Last week I reconnected with a friend and when our conversation turned to aging, she mentioned a different friend who was convinced she’d become invisible. She stopped caring for herself as she always had—hair and makeup were an afterthought, and so was a bra. These weren’t choices made for comfort, but from the conviction that none of it really mattered now that she was 60.
In our survey for midlife women, ages 42 to 60+, one out of three women report feelings of invisibility in midlife. This is not surprising. Midlife women are rarely featured in media or advertising, a missed opportunity since the same number also report greater financial freedom.
We know that American culture prizes youth and it’s nearly impossible not to identify with and feel affirmed by that when we’re young. But it doesn’t end there: women of every age seek the same youthful standards of beauty, fitness, and unlined skin. It’s nearly counter-cultural to age naturally.
In the same way we rarely ask when we’re young: “Whose standards am I meeting? And why do they matter?” When we’re middle-aged, we do not ask: “Who am I invisible to?”
Please stop everything and answer this question: Who are you invisible to?
The male gaze? The female gaze? Or perhaps an undefined audience that opines on everything you do?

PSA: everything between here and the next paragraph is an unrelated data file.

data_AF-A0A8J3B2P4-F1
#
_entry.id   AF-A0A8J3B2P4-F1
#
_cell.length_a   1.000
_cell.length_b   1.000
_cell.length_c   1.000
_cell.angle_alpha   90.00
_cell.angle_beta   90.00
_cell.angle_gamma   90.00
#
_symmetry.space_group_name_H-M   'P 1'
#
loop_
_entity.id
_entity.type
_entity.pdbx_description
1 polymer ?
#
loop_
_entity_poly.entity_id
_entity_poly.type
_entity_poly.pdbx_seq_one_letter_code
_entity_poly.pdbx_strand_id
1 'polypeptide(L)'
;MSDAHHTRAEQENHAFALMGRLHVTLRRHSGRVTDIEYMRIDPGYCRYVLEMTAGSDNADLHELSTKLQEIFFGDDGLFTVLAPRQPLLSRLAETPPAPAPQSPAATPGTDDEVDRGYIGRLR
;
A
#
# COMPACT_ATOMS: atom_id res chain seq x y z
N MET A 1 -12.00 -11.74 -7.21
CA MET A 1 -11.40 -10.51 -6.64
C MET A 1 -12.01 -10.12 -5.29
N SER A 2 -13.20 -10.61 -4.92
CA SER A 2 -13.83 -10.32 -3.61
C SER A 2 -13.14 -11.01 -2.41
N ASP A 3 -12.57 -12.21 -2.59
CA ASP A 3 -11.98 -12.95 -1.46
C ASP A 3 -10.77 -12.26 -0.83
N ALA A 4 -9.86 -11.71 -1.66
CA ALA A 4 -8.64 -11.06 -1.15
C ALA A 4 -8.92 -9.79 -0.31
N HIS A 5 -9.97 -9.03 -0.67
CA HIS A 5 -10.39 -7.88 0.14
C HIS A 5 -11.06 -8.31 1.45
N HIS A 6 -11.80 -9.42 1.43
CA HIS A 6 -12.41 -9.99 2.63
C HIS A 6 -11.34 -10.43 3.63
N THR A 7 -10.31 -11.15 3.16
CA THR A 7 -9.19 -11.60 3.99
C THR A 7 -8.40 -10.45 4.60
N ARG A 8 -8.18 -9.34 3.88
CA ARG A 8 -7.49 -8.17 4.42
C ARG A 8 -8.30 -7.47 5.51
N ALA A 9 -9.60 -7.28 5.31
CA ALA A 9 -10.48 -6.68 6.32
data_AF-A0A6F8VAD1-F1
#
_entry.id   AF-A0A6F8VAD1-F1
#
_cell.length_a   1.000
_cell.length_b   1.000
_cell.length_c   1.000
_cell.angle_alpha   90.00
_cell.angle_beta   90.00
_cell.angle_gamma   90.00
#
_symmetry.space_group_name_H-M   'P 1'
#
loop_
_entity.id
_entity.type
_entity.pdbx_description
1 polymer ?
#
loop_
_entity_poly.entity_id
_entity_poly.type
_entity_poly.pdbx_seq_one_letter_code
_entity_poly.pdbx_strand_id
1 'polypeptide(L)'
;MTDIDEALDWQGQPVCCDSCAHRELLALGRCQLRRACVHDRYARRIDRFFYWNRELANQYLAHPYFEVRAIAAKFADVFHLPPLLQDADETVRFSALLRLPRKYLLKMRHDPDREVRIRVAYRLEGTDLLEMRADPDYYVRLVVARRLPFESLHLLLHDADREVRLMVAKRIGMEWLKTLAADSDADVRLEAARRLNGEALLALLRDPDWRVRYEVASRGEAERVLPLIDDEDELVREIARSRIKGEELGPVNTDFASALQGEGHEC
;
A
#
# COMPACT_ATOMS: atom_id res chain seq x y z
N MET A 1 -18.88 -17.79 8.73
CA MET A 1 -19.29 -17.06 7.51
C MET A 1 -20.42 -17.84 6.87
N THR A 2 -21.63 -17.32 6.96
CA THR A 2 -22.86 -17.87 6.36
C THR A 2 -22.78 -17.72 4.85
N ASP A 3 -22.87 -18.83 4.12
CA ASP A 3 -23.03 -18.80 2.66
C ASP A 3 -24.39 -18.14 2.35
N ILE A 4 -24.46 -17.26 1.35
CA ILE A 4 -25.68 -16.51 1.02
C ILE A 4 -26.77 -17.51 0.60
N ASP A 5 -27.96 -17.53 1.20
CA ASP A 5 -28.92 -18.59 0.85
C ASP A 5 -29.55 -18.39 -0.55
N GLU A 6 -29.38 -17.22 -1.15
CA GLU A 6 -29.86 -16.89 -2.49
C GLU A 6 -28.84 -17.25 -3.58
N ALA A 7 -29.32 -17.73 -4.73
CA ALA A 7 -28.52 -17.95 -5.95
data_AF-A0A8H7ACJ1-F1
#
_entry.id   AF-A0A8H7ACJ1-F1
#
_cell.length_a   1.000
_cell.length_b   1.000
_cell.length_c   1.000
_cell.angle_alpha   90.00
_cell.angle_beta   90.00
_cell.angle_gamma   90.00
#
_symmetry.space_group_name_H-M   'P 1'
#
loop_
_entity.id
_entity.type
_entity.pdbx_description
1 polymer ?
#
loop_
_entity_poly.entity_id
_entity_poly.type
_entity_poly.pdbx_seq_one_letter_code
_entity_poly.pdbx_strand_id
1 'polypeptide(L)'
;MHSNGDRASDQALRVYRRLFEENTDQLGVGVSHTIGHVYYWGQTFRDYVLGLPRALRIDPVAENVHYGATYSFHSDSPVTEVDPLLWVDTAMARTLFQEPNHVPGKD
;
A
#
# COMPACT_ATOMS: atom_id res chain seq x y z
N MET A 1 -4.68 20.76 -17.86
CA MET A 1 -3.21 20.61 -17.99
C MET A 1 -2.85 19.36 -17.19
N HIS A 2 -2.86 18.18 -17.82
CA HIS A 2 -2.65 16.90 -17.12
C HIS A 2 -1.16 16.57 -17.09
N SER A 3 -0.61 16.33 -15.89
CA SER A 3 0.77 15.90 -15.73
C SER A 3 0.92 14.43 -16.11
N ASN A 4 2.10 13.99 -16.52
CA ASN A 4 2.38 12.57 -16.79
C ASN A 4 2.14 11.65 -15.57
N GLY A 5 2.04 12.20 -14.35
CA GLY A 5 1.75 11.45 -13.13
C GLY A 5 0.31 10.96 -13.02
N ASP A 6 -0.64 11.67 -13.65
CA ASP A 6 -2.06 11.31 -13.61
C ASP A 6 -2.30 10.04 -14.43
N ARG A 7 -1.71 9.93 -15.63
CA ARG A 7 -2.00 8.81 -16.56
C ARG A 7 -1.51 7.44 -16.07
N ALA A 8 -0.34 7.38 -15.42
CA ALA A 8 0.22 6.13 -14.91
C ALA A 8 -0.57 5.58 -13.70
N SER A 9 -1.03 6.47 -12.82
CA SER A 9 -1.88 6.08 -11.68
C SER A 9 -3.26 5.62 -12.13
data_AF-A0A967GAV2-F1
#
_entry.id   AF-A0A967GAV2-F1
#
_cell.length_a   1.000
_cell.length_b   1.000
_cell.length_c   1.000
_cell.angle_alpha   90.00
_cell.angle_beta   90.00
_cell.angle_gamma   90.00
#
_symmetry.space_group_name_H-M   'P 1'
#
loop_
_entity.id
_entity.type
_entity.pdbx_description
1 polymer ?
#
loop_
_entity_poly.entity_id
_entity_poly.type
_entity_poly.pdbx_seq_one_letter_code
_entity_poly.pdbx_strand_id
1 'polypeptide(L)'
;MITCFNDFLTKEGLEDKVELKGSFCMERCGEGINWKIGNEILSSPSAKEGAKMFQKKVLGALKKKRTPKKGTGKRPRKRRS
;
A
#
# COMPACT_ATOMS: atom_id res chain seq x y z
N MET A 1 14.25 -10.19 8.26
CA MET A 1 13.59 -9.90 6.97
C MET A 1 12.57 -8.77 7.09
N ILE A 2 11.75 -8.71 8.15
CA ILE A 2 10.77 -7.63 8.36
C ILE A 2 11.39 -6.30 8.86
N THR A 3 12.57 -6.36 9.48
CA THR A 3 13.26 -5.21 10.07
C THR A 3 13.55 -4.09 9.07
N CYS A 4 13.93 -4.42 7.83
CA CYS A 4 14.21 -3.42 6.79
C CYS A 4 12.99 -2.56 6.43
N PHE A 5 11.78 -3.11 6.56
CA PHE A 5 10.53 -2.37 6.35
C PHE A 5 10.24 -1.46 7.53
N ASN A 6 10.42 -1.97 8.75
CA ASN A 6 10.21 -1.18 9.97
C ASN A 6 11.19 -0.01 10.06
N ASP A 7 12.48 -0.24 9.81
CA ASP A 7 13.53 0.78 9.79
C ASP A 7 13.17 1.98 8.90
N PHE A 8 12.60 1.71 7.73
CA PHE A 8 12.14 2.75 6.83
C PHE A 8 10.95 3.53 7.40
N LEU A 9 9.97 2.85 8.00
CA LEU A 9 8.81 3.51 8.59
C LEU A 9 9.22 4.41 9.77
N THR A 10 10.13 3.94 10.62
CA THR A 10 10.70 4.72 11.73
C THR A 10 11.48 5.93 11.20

This is a time of reckoning on many levels. If we overly identify with youth-oriented culture—difficult not to since it’s the air we breathe from birth—at a certain age, we question our relevance. But let me ask this: why would our human species live so long if the first 40 years, give or take, were the only years that mattered?
Discomfort leads to freedom.
Midlife is a time of discomfort. What once felt comfortable now feels uncomfortable—hot flashes, anyone? Perhaps for a good reason. We’re being nudged to examine our place on the inside and out. Will you place your value with culture or something more substantial and timeless? Value is not skin-deep. We know this. Our value rests in the soul, which is absent from (and quieter than) culture.
The middle years are not the only time our value as women rests in something larger. Our 25-year-old selves had more to offer than firm bodies and skin. But perhaps this truth is louder in midlife when the inkling of “invisibility” draws near.
Midlife challenges our habitual way of relating to the world. If we’re aware and open to choosing a different way, we can birth a new, more authentic self. We’re often free from the responsibilities tied to the first half of life. We can learn to trust ourselves instead of seeking affirmation from people—real and perceived—outside us.
I still want to feel beautiful at this age and to take care of myself, but now I do it for me. Dr. Hillary McBride, therapist and author of The Wisdom of Your Body, says that separating from cultural expectations is a “radical act to undo our need to earn our worth, helping us to wake up to the fact that there is something sacred right here, in this moment, always present and always available.”
Are you interested in exploring midlife in more depth, in the company of other women?
If so, you may be interested in a new group forming in the fall: Wisdom Circle for Midlife Women. In this weekly online circle, you’ll move, write, be silent, share, and listen. You’ll hear the stories of other women and touch into wisdom that arises only from community. If interested, please raise your hand and I’ll keep you in the loop as the group comes together.